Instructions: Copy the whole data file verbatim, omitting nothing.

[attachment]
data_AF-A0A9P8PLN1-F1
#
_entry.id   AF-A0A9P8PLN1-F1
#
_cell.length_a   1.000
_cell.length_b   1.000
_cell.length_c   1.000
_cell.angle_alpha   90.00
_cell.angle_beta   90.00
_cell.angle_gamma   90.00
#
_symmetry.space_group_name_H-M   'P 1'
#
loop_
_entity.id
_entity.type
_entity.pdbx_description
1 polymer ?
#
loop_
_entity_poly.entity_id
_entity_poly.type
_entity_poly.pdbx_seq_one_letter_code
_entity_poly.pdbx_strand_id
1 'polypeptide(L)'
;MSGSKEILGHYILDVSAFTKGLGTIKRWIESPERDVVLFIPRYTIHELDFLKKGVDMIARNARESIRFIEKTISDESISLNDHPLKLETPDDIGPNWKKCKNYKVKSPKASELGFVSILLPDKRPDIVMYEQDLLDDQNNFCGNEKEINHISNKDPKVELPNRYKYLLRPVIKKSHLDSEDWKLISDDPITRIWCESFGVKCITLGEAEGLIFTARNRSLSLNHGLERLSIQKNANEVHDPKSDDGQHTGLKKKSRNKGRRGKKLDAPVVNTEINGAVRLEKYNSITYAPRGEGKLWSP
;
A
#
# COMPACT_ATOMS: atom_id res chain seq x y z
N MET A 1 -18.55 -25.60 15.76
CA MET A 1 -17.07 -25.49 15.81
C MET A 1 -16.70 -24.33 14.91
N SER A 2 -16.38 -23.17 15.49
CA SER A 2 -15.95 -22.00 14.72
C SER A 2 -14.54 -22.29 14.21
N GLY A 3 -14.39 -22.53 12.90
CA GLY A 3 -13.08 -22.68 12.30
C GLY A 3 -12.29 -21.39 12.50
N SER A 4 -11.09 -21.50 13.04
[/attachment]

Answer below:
data_AF-A0A9P8PLN1-F1
#
_entry.id   AF-A0A9P8PLN1-F1
#
_cell.length_a   1.000
_cell.length_b   1.000
_cell.length_c   1.000
_cell.angle_alpha   90.00
_cell.angle_beta   90.00
_cell.angle_gamma   90.00
#
_symmetry.space_group_name_H-M   'P 1'
#
loop_
_entity.id
_entity.type
_entity.pdbx_description
1 polymer ?
#
loop_
_entity_poly.entity_id
_entity_poly.type
_entity_poly.pdbx_seq_one_letter_code
_entity_poly.pdbx_strand_id
1 'polypeptide(L)'
;MSGSKEILGHYILDVSAFTKGLGTIKRWIESPERDVVLFIPRYTIHELDFLKKGVDMIARNARESIRFIEKTISDESISLNDHPLKLETPDDIGPNWKKCKNYKVKSPKASELGFVSILLPDKRPDIVMYEQDLLDDQNNFCGNEKEINHISNKDPKVELPNRYKYLLRPVIKKSHLDSEDWKLISDDPITRIWCESFGVKCITLGEAEGLIFTARNRSLSLNHGLERLSIQKNANEVHDPKSDDGQHTGLKKKSRNKGRRGKKLDAPVVNTEINGAVRLEKYNSITYAPRGEGKLWSP
;
A
#
# COMPACT_ATOMS: atom_id res chain seq x y z
N MET A 1 -18.55 -25.60 15.76
CA MET A 1 -17.07 -25.49 15.81
C MET A 1 -16.70 -24.33 14.91
N SER A 2 -16.38 -23.17 15.49
CA SER A 2 -15.95 -22.00 14.72
C SER A 2 -14.54 -22.29 14.21
N GLY A 3 -14.39 -22.53 12.90
CA GLY A 3 -13.08 -22.68 12.30
C GLY A 3 -12.29 -21.39 12.50
N SER A 4 -11.09 -21.50 13.04